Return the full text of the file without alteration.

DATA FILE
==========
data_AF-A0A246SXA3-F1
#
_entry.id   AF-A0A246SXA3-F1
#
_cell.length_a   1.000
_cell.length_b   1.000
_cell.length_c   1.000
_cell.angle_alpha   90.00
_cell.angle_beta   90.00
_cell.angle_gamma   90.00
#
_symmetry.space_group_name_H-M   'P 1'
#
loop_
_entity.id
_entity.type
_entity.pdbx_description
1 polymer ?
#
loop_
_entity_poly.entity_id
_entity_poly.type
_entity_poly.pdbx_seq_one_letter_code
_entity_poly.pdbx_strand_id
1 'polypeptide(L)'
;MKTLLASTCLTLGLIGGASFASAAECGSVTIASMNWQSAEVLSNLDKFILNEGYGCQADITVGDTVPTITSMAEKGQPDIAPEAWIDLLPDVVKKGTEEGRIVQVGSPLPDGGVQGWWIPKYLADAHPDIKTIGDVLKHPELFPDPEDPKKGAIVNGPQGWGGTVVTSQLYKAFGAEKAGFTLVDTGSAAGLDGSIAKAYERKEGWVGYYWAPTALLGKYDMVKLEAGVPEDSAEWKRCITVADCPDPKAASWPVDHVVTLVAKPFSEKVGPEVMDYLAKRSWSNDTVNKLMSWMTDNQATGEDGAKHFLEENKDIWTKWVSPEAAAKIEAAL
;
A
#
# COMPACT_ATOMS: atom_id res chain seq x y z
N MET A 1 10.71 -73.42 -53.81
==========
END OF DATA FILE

data_AF-A0A246SXA3-F1
#
_entry.id   AF-A0A246SXA3-F1
#
_cell.length_a   1.000
_cell.length_b   1.000
_cell.length_c   1.000
_cell.angle_alpha   90.00
_cell.angle_beta   90.00
_cell.angle_gamma   90.00
#
_symmetry.space_group_name_H-M   'P 1'
#
loop_
_entity.id
_entity.type
_entity.pdbx_description
1 polymer ?
#
loop_
_entity_poly.entity_id
_entity_poly.type
_entity_poly.pdbx_seq_one_letter_code
_entity_poly.pdbx_strand_id
1 'polypeptide(L)'
;MKTLLASTCLTLGLIGGASFASAAECGSVTIASMNWQSAEVLSNLDKFILNEGYGCQADITVGDTVPTITSMAEKGQPDIAPEAWIDLLPDVVKKGTEEGRIVQVGSPLPDGGVQGWWIPKYLADAHPDIKTIGDVLKHPELFPDPEDPKKGAIVNGPQGWGGTVVTSQLYKAFGAEKAGFTLVDTGSAAGLDGSIAKAYERKEGWVGYYWAPTALLGKYDMVKLEAGVPEDSAEWKRCITVADCPDPKAASWPVDHVVTLVAKPFSEKVGPEVMDYLAKRSWSNDTVNKLMSWMTDNQATGEDGAKHFLEENKDIWTKWVSPEAAAKIEAAL
;
A
#
# COMPACT_ATOMS: atom_id res chain seq x y z
N MET A 1 10.71 -73.42 -53.81